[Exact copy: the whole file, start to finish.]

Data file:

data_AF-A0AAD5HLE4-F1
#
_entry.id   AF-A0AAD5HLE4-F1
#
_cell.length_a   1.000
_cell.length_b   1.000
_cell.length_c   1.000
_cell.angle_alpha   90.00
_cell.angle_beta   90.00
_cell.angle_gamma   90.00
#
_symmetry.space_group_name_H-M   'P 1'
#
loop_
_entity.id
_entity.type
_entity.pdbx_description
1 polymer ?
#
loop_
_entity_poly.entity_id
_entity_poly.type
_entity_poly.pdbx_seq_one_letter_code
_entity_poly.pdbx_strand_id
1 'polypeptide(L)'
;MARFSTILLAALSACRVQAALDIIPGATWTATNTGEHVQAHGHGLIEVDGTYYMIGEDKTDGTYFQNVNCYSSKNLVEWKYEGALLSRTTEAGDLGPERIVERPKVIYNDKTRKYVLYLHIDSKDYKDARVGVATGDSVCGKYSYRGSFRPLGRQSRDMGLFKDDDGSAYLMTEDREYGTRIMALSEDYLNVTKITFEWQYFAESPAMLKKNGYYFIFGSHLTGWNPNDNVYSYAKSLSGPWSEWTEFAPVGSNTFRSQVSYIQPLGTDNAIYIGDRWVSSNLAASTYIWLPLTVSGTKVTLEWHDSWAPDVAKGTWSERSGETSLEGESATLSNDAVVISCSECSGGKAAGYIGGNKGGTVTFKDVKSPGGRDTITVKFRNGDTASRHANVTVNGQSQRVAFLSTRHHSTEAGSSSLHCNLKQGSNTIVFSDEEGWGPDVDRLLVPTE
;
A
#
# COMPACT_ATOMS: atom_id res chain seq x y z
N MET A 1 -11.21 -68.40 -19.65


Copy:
data_AF-A0AAD5HLE4-F1
#
_entry.id   AF-A0AAD5HLE4-F1
#
_cell.length_a   1.000
_cell.length_b   1.000
_cell.length_c   1.000
_cell.angle_alpha   90.00
_cell.angle_beta   90.00
_cell.angle_gamma   90.00
#
_symmetry.space_group_name_H-M   'P 1'
#
loop_
_entity.id
_entity.type
_entity.pdbx_description
1 polymer ?
#
loop_
_entity_poly.entity_id
_entity_poly.type
_entity_poly.pdbx_seq_one_letter_code
_entity_poly.pdbx_strand_id
1 'polypeptide(L)'
;MARFSTILLAALSACRVQAALDIIPGATWTATNTGEHVQAHGHGLIEVDGTYYMIGEDKTDGTYFQNVNCYSSKNLVEWKYEGALLSRTTEAGDLGPERIVERPKVIYNDKTRKYVLYLHIDSKDYKDARVGVATGDSVCGKYSYRGSFRPLGRQSRDMGLFKDDDGSAYLMTEDREYGTRIMALSEDYLNVTKITFEWQYFAESPAMLKKNGYYFIFGSHLTGWNPNDNVYSYAKSLSGPWSEWTEFAPVGSNTFRSQVSYIQPLGTDNAIYIGDRWVSSNLAASTYIWLPLTVSGTKVTLEWHDSWAPDVAKGTWSERSGETSLEGESATLSNDAVVISCSECSGGKAAGYIGGNKGGTVTFKDVKSPGGRDTITVKFRNGDTASRHANVTVNGQSQRVAFLSTRHHSTEAGSSSLHCNLKQGSNTIVFSDEEGWGPDVDRLLVPTE
;
A
#
# COMPACT_ATOMS: atom_id res chain seq x y z
N MET A 1 -11.21 -68.40 -19.65